John G. Turner has just published (the Belknap imprint of HUP, no less!) a biography of my third-great-grandfather (by Zina DHJSY, the spirited exemplum of the complexities of plurality), Brigham Young. This fascinating, readable book, which I have watched grow from early drafts into an excellent monograph, has already sparked some discussion and controversy among practicing LDS. (It has already been extremely well received among readers outside the LDS community.)
The book is a balanced, contextualized portrait of a controversial, strong-willed, rough-hewn, intermittently quite bellicose figure. I will defer the BCC review of the book to the excellent Brad Kramer and want here to only wonder whether we as LDS have finally reached our “naughty popes” phase. All religious traditions (indeed essentially all substantive conglomerations of human beings) have tricky parts of their history that generally represent the combination of human failing and cultural shifts over time. Calvin’s Geneva was not a terribly hospitable place for heresy, there are a handful of deeply embarrassing popes, and don’t even get me started about Catholic vs. lapsed Catholic in the British Isles. Despite these spotted histories, the relevant traditions have expanded, grown, and accommodated the failings of past leaders. We as LDS may have much to learn from those traditions which have been able to see in the continuity of the Church its power and authority. We as LDS also have traditions that may be particularly useful to solving this problem, not least the notion that priesthood authority creates a continuous chain that can bind us as humans to Eve and Adam and all of us to God through Christ, a divine authority that is greater than any individual and certainly greater than any of our foibles. I personally think a fruitful avenue for apologetics will be elaborating an approach to human history that embraces the strength and beauty of the LDS tradition while also finding useful techniques from Catholics and Protestants whose heroes and antecedents similarly fail the standards imposed by current society.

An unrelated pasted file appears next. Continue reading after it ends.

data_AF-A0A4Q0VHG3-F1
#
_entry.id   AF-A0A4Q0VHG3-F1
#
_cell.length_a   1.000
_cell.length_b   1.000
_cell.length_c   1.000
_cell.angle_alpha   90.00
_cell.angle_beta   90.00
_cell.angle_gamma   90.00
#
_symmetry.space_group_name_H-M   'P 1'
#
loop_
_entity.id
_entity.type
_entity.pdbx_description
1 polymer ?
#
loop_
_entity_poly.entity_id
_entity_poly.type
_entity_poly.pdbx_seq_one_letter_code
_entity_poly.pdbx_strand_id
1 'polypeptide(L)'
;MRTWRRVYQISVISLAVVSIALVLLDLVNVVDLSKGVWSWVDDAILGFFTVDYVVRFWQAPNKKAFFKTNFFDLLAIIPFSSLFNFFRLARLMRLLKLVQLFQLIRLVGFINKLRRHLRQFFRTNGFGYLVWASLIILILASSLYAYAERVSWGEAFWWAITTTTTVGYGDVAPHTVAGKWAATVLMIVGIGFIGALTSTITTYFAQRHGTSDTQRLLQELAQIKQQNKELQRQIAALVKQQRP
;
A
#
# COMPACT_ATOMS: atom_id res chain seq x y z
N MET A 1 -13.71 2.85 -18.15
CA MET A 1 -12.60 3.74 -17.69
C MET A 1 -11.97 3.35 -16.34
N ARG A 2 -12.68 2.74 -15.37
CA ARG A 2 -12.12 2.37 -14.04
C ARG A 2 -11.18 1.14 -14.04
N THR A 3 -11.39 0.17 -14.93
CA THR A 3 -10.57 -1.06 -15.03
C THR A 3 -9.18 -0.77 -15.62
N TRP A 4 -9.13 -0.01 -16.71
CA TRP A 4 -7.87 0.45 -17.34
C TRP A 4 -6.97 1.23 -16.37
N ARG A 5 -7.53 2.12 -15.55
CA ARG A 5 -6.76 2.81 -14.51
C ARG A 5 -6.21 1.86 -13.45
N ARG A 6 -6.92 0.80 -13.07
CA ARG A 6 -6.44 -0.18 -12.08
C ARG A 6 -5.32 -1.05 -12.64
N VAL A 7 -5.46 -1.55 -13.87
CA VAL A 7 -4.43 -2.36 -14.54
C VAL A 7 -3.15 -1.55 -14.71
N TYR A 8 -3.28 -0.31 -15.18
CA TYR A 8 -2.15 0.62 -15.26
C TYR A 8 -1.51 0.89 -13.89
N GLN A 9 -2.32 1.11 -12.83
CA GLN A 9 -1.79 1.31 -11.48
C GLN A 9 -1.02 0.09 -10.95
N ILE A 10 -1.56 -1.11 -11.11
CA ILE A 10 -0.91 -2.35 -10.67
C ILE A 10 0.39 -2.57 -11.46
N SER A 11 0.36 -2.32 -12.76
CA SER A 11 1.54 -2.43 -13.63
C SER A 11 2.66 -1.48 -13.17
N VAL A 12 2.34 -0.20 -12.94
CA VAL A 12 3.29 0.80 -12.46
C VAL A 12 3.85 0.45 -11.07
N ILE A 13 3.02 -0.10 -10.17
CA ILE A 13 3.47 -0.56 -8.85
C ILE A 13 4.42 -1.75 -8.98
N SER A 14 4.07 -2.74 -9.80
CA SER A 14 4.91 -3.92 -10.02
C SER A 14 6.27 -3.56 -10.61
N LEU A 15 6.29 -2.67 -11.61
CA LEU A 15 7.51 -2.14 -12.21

Note that general coarseness and bellicosity or orthodoxy that resulted in internally sanctioned murder have been markers of human society for millennia. Major religious traditions have not been immune from this characteristic of human society.
 I’m teasing. I have great admiration for the Anglican tradition and only wanted to draw attention to the fact that, for all its richness and beauty, Anglicanism per se arises from complex political and nationalistic maneuvering within the body of Christ, as well as religious impulses leading away from medieval Catholicism.
PS, John is a great guy in person as well, and he’ll be doing a reading/event at Benchmark on 32d S and Main in SLC at 6pm tonight. Should be a great event.